17/01/2017 16:32 SAST | Updated 18/01/2017 14:45 SAST

The Heath Report: Absa, Sanlam Liable, But Pursuing Them Expensive, Dangerous

Judge Willem Heath headed the Special Investigating Unit when it looked at the Bankorp/Absa deal and found there was a great deal wrong with it.

Judge Willem Heath, who headed the Special Investigating Unit in 1999.

The Heath Report: "Heath Special Investigating Unit investigation into the financial aid package to Bankorp/Absa."

What is it?
The Heath Special Investigating Unit, headed by Judge Willem Heath, was instructed by government in 1999 to investigate the Bankorp/Absa deal with the South African Reserve Bank (SARB). He reported back the same year.

What does it say?
The report is unavailable and has never been made public. The Davis panel was denied access to the report, while Absa also has never seen the full document. The report also isn't available on the Special Investigating Unit's website. The principle findings of the report were released via a statement in November 1999: even though Absa (who bought Bankorp) and Sanlam (the principle shareholder in Bankorp) could be held liable, any court challenge would be ill-advised because of the possible risk to the South African banking sector.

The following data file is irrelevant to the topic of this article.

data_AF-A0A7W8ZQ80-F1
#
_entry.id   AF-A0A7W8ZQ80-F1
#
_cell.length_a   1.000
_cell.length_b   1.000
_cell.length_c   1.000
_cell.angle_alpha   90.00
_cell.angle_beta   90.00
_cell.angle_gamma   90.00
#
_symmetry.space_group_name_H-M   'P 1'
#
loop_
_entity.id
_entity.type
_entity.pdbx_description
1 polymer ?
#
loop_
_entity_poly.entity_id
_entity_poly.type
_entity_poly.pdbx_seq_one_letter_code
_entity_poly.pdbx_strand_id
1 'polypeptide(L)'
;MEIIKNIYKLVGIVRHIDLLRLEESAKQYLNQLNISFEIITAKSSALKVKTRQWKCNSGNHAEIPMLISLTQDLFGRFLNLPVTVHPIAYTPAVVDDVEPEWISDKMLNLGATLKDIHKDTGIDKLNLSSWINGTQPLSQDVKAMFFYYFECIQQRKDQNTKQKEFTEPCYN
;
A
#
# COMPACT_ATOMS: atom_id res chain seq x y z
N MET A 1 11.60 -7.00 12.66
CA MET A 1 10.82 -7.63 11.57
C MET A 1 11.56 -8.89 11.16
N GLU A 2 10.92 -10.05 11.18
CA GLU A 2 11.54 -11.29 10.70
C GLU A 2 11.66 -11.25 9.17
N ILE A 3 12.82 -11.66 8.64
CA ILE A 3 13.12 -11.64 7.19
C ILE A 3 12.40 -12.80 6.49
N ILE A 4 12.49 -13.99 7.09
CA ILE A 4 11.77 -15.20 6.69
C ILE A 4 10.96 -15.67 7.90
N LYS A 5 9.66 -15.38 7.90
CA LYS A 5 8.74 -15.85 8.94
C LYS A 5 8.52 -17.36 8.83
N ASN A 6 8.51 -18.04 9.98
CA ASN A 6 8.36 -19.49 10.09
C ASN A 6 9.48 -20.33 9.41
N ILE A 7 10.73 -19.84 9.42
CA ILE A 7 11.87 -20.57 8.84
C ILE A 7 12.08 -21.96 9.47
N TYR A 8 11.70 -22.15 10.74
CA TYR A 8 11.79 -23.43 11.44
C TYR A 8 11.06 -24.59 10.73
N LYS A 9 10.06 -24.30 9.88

Did the SARB loan money to Bankorp/Absa or was it a donation?
It was a donation, Heath found. The SARB had no authority to extend a lifeboat to Bankorp/Absa and the loan agreement between the parties was faulty.

How much money is involved?
Heath said a total package of R1.5 billion was "donated" to Bankorp, with interest on the capital amount of 1% per annum. Bankorp had to reinvest a part of the loan in government bonds which produced a yield of 16% annually. The total dividends amounted to R1.125 billion.

Were the monies paid back?
Yes, Heath found, even though there was no stipulation in the original agreement that it should be paid back. Absa paid the SARB R1.5 billion in 1995.

Sources: Beeld, Business Day, Mail & Guardian.